Instigator / Pro

The modern school system is flawed.


The debate is finished. The distribution of the voting points and the winner are presented below.

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After 2 votes and with 14 points ahead, the winner is...

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Last updated date
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Time for argument
Two days
Max argument characters
Voting period
One month
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Multiple criterions
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Contender / Con

No information

Round 1
I'll let con go first.

I thank Dopl for allowing me to start the debate and hereby bring forth the resolution "THBT the modern school system is flawed." I'll begin by defining the resolution and the key terms, and I'll summarize my burden of proof.

"Flawed" - Having flaws that are numerous or serious enough such that said flaws are significant.  Nothing is perfect, but something that is 'flawed' is considerably imperfect relative to the context in which it exists (i.e. everybody has many significant flaws, but since that's true of everyone and 'flawed' is a relative term, not everyone is flawed in the way that people describe things to be flawed the vast majority of the time).
"The school system" - An umbrella term referring to the institution of publicly-funded, government-controlled system(s) of schooling for children that almost every country on Earth has. No two school systems are the same, but there are consistent guiding principles that allow us to debate if it generally is effective in following these principles regarding its ability to teach.

This resolution is not about curriculums or application of the typical practices of the school system in a few outliers. A thermometer is not good at cutting vegetables, but that doesn't mean that's a flaw of the thermometer, but rather a flaw in your use of it. Sometimes a thermometer is cheaply made or works poorly, that doesn't mean thermometers are flawed (most thermometers would have to not work properly for it to be fair to say that), it means that a few specific thermometers suck because of neglect towards ensuring the thermometer works properly or that it is kept functional. There's nothing wrong with thermometers themselves or even the way thermometers are usually used, just with how some people apply the science, manufacture the item, and use the product.

This is a resolution were con can only argue towards the absence of flaws. There isn't any argument that the school system isn't flawed, just arguments that the reasons to believe it's flawed do not stand up to scrutiny. I encourage voters to view it in this lens whereby con logically cannot make a constructive case. This is not a debate asking if the school system is effective or not (or else I could make a litany of arguments for that position), just if the school system has flaws or not. Arguing for the virtues of the school system is pointless because it says nothing to prove the nonexistence of flaws other than in being a counter argument towards any perceived flaws.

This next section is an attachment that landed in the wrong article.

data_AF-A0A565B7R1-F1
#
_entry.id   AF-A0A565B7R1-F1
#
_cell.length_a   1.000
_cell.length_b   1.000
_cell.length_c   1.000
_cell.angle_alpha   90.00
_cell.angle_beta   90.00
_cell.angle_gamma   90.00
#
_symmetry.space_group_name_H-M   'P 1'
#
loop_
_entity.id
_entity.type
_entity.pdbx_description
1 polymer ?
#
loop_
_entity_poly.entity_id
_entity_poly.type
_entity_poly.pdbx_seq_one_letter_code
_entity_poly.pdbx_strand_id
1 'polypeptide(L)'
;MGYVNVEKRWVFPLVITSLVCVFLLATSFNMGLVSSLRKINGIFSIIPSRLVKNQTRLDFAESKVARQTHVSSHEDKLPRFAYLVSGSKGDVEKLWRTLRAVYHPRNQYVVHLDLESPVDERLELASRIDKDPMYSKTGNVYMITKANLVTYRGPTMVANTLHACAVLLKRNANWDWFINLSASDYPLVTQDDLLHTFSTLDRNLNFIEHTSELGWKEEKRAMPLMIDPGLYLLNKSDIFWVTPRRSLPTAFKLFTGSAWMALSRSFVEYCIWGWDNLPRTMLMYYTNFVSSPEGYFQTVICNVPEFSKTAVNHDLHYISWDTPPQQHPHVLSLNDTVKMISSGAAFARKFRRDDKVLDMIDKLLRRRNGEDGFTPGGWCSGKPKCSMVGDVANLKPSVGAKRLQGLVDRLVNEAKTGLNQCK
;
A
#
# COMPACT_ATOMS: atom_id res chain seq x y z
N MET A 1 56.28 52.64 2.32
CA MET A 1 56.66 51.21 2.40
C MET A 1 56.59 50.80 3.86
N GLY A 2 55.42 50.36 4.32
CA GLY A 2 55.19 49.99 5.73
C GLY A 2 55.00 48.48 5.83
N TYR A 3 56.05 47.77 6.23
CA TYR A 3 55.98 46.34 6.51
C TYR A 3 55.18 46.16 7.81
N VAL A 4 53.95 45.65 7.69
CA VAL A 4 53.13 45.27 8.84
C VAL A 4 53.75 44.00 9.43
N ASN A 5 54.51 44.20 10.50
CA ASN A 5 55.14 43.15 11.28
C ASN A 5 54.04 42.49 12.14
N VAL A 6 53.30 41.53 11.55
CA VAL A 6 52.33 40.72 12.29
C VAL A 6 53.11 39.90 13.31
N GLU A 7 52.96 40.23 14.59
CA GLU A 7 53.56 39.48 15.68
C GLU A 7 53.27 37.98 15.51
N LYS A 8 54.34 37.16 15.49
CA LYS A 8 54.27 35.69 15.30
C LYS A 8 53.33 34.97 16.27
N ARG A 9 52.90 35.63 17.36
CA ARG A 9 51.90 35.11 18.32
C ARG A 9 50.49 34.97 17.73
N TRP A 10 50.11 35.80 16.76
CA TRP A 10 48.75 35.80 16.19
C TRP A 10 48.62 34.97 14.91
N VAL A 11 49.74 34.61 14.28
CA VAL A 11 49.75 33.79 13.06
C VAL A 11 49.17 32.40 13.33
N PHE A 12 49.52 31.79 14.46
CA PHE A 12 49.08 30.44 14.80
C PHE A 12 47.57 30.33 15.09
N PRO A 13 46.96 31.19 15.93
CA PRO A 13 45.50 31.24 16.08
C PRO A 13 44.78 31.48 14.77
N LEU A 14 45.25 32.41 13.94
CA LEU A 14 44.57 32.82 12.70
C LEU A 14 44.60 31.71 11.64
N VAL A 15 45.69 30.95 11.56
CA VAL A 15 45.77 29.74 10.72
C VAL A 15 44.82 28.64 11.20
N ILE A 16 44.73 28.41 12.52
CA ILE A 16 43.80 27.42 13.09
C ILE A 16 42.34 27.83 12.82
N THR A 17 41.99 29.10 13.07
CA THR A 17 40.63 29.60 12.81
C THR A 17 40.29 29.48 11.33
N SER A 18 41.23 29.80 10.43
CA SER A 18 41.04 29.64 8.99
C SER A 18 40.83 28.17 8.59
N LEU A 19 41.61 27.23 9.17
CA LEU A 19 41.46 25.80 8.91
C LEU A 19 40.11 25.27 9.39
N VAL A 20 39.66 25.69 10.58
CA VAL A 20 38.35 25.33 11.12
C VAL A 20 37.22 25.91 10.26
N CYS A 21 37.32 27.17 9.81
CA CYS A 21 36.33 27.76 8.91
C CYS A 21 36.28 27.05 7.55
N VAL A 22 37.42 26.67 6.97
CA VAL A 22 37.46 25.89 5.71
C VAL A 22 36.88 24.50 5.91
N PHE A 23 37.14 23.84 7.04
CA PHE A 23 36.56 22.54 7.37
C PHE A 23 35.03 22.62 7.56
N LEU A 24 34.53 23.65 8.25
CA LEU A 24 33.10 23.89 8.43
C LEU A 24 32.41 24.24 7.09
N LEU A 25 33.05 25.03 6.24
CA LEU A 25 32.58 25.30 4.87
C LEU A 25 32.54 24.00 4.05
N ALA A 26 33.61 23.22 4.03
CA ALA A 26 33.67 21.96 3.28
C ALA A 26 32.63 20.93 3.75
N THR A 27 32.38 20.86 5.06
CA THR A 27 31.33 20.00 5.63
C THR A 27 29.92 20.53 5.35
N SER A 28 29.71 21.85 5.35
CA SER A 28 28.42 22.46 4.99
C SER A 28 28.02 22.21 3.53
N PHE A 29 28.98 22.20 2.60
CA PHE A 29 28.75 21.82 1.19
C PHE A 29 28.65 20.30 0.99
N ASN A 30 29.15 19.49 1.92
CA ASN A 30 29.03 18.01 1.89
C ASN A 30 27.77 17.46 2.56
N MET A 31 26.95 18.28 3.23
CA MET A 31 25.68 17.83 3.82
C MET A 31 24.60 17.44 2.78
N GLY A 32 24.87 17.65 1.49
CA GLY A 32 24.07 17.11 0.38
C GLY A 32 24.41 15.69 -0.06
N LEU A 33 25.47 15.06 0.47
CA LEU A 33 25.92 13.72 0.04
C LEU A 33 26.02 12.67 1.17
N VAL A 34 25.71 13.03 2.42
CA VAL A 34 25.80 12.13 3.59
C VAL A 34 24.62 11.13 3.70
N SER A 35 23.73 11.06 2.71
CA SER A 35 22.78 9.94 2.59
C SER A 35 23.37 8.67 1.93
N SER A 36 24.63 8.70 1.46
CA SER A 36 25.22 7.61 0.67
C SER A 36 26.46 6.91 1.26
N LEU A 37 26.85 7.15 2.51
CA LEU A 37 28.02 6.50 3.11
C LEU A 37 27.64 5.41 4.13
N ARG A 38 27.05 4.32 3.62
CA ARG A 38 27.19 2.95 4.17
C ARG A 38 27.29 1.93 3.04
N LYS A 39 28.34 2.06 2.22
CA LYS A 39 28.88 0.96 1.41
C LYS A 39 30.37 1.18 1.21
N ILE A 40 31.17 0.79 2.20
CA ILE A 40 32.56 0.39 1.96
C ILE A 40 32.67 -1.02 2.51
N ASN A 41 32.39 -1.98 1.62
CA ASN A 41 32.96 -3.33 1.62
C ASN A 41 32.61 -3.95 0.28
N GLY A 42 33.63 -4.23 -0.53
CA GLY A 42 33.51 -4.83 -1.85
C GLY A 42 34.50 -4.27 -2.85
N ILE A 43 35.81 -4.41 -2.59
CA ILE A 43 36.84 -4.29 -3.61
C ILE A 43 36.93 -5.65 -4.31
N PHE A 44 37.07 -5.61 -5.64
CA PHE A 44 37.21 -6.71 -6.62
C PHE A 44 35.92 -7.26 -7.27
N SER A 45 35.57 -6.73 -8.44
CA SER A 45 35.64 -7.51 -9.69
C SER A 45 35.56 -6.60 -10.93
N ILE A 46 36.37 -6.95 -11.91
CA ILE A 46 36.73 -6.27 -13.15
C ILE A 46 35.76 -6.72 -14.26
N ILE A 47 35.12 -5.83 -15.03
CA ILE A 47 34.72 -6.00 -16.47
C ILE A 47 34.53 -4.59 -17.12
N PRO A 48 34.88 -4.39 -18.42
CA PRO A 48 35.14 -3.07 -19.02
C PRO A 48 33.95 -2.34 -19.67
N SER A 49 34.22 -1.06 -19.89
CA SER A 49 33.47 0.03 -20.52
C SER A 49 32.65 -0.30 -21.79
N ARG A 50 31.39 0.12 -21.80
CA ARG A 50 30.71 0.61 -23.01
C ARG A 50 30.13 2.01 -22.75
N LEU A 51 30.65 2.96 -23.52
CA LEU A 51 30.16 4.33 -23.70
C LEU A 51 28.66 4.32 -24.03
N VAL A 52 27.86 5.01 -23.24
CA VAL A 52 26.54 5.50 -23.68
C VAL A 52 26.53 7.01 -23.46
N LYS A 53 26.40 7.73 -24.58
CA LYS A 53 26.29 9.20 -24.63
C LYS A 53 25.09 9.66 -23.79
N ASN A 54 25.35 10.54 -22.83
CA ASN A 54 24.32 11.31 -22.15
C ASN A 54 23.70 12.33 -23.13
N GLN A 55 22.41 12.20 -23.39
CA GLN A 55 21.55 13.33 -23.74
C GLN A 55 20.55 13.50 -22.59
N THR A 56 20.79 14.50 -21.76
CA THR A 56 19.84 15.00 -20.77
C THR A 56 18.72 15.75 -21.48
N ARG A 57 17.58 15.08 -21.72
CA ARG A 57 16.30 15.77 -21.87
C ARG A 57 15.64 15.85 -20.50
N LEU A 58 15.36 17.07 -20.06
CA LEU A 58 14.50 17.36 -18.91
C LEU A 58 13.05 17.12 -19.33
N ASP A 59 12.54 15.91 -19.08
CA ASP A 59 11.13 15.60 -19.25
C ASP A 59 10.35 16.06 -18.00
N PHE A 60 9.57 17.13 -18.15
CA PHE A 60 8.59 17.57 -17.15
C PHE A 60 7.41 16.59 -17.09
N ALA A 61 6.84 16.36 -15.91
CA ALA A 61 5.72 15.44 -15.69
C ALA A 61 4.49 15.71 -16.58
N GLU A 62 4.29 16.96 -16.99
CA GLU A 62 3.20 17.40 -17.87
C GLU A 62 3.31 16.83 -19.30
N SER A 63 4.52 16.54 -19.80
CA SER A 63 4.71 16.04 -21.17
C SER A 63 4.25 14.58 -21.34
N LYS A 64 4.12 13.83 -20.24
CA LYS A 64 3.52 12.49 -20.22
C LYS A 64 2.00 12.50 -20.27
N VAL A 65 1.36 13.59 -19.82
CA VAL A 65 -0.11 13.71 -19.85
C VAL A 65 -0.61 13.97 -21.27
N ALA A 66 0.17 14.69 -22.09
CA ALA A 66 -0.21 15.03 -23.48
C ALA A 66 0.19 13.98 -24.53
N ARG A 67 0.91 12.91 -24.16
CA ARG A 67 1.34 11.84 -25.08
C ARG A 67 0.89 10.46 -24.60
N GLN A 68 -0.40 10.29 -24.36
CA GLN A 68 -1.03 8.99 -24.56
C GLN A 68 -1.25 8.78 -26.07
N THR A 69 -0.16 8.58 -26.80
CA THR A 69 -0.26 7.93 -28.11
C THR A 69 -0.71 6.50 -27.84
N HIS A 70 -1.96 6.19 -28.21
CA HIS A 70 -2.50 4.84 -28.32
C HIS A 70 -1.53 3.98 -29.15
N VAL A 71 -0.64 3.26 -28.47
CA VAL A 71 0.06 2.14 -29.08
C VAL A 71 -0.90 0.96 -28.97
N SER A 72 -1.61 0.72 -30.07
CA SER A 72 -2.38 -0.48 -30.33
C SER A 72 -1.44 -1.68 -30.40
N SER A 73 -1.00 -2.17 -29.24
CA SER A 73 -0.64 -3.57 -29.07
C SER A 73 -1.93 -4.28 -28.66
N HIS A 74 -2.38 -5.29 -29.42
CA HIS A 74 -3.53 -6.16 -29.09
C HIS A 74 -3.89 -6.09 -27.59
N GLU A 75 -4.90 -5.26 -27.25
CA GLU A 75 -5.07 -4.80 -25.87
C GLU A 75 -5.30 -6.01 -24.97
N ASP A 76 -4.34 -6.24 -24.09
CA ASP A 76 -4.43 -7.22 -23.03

There are debate resolutions such as "a deity does exist" where arguments for the nonexistence of a deity can plausibly be made. For example: the paradox of omnipotence, Occam's razor, the argument of evil, etc... but the atheist in such a debate still needs to give some reason that a deity doesn't or can't exist in the way it is conceived (or else we're left with agnosticism). In this debate, however, arguments like that cannot be made. Better said: While you can argue for the nonexistence of a deity as an example, it's impossible to argue for the nonexistence of flaws in the school system other than arguing against the existence of those flaws. 

Cons burden is to prove that the general guiding principles and ideas of the school system are effective in its intended function of teaching people things through putting kids in a classroom and having them be instructed by a teacher to have their learning progress be aided and measured by assignments, tests, projects, and other things with the kids receiving a grade(s) to represent their proficiency/progress in what they are being taught.

Pros burden is to prove that, for whatever reason, the school system has significant flaws regarding its intended function relative to some other system or what the system could possibly look like. It's not acceptable to say that 1 teacher has to teach 20 students, because, although it is a flaw that each student cannot have a single teacher, it's not a flaw relative to anything that is possible since there just isn't enough teachers.

For the reasons I said before, I will not be making any constructive arguments since it's impossible to do so in any way that's meaningful to the resolution. I could argue that the school system is great, but that is meaningless because it can still be flawed in spite of that fact. If there's no reason to believe flaws exist, it's safe to assume that they do not.
Round 2
L + Ratio